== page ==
Recently I’ve been doing a lot of work with the Process.GetCurrentProcess() method and since the application I am building is being developed on the 2.0 64bit framework, I was worried that if I used Process.GetCurrentProcess().WorkingSet64, that the application wouldnt work with 32bit OS’s, since WorkingSet was deprecated, but not enforced.
After some thought though, I realised that the WorkingSet returns the amount of memory being used by the process as an integer (32 bit signed integer). OK, so the maximum value of an integer is 2,147,483,647 — which is remarkably close to the total amount of memory that a process can have in its working set. Except, there is actually a switch in Windows that will allow a process to use 3 gig of memory instead of 2 gig. So what would happen when you poll the WorkingSet you will get a negative number, a really big small negative number. Usually, in the realm of -2,147,482,342. As the more perceptive of you have guessed the problem already. The overflow bit.
So you ask, why didn’t Microsoft just change the API so WorkingSet returned an Int64 instead of an Int32. Well they could, except that they would break applications built against version 1.0 and 1.1 frameworks, as this post explains.
But after all this pondering, it turns out that WorkingSet64 des exactly what WorkingSet does, except returns an Int64 instead – and as such is less prone to breaks. Works with both 32bit and 64bit Windows and Frameworks and all is good with the world.
I’ve been working with .Net services for the last few years or so and it is often convenient for debugging to be able to install your debug version. Since it is a major pain to build an installer every time we want to test, we used the command line utility InstallUtil.exe that comes with the .Net Framework to install and uninstall our services in batch files.
If you’ve installed .Net in the default location InstallUtil.exe lives in C:\Windows\Microsoft.Net\Framework\v2.0.50727\InstallUtil.exe
in the respective framework version directory.
Below is an example batch file.
and to uninstall, use the /u flag
C:\Windows\Microsoft.Net\Framework\v2.0.50727\InstallUtil.exe /u [your-service.exe]
Using these batch files we just create short cuts to them and can double click the short cut to install or uninstall. Of course you can install/uninstall more than one service in the batch file.
Be sure to also check out the other flags available for InstallUtil.
Design patterns are recurring solutions to software design problems you find again and again in real-world application development. Patterns are about design and interaction of objects, as well as providing a communication platform concerning elegant, reusable solutions to commonly encountered programming challenges.
The Gang of Four (GoF) patterns are generally considered the foundation for all other patterns, and the website contains an awesome set of .Net examples for each of the patterns.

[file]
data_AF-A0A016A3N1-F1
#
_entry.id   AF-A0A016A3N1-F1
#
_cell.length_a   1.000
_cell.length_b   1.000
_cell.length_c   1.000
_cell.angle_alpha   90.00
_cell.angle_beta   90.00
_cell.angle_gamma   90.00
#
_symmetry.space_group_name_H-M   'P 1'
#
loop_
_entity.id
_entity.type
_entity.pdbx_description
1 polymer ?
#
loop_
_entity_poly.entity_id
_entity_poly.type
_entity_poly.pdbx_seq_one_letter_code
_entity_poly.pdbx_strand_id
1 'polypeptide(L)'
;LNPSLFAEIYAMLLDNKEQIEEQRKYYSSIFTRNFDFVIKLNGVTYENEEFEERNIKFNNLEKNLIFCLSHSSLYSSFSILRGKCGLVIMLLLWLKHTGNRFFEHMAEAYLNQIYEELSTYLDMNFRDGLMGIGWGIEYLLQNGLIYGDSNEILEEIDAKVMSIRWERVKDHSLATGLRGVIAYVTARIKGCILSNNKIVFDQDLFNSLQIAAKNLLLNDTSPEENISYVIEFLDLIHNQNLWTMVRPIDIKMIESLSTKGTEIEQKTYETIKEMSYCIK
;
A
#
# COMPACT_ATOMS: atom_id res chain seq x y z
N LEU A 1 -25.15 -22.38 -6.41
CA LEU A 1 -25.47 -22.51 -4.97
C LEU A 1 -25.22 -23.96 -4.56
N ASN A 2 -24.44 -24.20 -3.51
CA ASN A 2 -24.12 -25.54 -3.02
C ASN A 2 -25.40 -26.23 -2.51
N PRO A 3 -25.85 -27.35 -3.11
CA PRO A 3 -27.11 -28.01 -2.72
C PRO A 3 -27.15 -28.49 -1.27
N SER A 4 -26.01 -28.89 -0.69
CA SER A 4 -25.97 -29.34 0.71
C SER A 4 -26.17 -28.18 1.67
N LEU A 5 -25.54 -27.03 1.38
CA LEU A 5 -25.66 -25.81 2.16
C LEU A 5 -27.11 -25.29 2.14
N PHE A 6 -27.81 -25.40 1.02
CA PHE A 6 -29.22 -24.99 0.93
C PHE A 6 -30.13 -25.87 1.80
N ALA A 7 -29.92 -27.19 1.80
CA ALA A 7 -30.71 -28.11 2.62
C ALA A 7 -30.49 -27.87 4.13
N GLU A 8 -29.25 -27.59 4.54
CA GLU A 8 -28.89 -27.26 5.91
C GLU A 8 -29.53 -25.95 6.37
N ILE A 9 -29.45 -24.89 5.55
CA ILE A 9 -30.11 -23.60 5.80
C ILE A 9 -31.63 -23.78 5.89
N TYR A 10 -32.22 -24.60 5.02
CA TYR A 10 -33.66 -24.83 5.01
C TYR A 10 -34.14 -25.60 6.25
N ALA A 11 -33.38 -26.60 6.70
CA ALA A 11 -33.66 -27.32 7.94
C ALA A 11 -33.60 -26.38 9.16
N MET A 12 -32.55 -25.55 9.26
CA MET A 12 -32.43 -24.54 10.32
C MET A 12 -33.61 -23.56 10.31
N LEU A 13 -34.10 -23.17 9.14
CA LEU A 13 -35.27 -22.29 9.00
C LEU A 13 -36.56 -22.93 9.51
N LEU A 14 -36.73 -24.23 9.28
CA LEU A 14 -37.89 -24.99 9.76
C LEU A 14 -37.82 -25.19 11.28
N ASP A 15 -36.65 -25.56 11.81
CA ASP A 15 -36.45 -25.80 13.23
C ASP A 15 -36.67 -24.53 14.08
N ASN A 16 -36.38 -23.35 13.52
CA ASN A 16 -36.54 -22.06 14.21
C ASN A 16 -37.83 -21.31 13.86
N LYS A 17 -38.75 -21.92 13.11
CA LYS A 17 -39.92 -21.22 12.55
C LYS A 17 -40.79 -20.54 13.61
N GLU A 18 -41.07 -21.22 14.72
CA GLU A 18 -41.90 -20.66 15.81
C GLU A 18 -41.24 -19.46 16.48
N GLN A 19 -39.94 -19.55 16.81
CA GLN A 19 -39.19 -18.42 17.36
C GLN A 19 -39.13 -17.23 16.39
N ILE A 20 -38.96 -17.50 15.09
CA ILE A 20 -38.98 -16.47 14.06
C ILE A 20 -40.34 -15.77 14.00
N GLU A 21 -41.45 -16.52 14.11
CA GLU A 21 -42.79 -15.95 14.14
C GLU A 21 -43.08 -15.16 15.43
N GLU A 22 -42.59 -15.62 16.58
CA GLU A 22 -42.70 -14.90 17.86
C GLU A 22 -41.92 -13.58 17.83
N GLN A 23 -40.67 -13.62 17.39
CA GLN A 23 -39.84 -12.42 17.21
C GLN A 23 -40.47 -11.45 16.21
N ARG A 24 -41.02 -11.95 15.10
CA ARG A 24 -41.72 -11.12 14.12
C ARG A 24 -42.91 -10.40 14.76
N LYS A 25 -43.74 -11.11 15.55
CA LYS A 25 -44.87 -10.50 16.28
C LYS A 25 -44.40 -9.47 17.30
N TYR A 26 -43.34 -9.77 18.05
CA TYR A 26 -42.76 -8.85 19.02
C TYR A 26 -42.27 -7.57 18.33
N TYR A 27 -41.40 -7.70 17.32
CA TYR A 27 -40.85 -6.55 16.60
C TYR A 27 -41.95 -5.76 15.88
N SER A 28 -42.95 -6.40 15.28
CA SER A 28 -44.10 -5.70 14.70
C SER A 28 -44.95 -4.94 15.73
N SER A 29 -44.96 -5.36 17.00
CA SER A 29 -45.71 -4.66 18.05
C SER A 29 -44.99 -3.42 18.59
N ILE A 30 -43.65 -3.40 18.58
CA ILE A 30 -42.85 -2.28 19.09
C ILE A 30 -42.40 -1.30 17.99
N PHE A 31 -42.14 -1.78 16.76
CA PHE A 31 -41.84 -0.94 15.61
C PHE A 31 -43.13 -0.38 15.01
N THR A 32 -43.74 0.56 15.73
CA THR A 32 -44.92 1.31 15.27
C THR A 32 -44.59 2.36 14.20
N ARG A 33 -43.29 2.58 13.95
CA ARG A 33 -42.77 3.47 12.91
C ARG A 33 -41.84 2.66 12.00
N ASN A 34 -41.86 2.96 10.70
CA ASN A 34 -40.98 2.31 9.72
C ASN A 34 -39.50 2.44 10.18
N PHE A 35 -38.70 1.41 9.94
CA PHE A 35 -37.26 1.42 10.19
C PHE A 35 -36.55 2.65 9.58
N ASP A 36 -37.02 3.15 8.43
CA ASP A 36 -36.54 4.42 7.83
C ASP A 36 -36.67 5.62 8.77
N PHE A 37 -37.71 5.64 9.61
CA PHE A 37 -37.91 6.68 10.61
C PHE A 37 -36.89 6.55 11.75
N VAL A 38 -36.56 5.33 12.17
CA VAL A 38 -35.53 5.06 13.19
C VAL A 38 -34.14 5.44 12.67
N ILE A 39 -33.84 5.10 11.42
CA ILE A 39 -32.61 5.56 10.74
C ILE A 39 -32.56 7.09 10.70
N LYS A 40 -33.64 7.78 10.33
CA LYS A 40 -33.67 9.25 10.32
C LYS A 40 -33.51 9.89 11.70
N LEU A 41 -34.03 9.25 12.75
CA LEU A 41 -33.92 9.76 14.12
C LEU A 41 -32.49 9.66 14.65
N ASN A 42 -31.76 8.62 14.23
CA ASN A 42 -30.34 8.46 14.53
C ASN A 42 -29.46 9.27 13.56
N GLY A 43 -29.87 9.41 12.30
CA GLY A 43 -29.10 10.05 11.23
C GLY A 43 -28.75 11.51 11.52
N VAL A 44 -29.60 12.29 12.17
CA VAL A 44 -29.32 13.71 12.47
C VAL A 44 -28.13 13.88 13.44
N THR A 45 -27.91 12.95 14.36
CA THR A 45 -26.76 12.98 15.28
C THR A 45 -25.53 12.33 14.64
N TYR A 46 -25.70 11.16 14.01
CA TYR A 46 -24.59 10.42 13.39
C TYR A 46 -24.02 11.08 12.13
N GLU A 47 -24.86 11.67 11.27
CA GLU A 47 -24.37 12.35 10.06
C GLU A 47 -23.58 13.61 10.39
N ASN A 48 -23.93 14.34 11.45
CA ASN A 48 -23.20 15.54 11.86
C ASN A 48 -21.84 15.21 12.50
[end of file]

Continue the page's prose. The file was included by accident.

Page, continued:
Ever wanted a pop-up control like:ample application using a custom pop-up control:
Or using a custom tooltip…
… and a more complex pop-up that can be resized:
Well check this out from CodeProject.
One of the great things about Firefox, is how easy it is to extend. Internet Explorer and Windows Explorer, not so much. If you’re a ATL or COM guru then you might not find it so hard, but for those of us from a Managed Code background; its like splitting wood in your eyes.
A while ago I found a great article on CodeProject by Pavel Zolnikov, which walks you through the implementation of an Explorer bar with the help of BandObject base class. Describes implementation details of the BandObject class.
This was excellent, but it really didn’t work using the .Net 2.0 framework – that is until I found this little gem Band Objects – .NET 2.0 Redux.
Cross-posted from the Particls blog.
I got the auto update library and executable working tonight for the (currently somewhat unstable) “experimental” build of Touchstone. It’s well overdue because our little application is getting quite complex now and laying in new features can be a tricky process. Now we have a mechanism to automatically and non-invasively update users with new versions – making adoption and user updates quick, seamless and easy.
Now perhaps Chris won’t kick my ass so hard when a Private Alpha release starts throwing those ugly “object not set to reference of an object” exceptions.
Now all I need to write is a program which automatically updates the blog for me, and I’ll be right!
Cross-posted from the Particls blog.
I just opened a .vb file from another project, and upon closing the window (and subsequently not saving) I realised all too late, that Visual Studio had in fact oped the file inside the Touchstone project. You can probably guess the outcome. So off I go again, recoding the complete structure of the BagItAndTagItParser class – be assured that I wont be opening any “stray” .vb files for the rest of the day! Chris is ok with this though, because we just implimented the first ticker system and its actually reasonably functional!
It’s interesting, starting this project has opened my eyes to a whole subculture of RSS, which I was previously unaware of. I think that reading the excellent intellect of Nick (from FeedDemon) and others regarding some sort of solution to the growing ADD (Attention Deficit Disorder) is inspired.
With the rapid expansion of content sources, the more ways we can think of to manage this content without hindering productivity (I am a pragmatist after all) is where we need to redouble our efforts. This is the philosophy behind Touchstone – and I’m coding as fast as I can. Aside from the heavy setback today, I should have the Bag it and Tag It Parser complete before the coding marathon tonight. If you feel inspired enough to chat with us through comments on this blog, please do – we like to feel popular.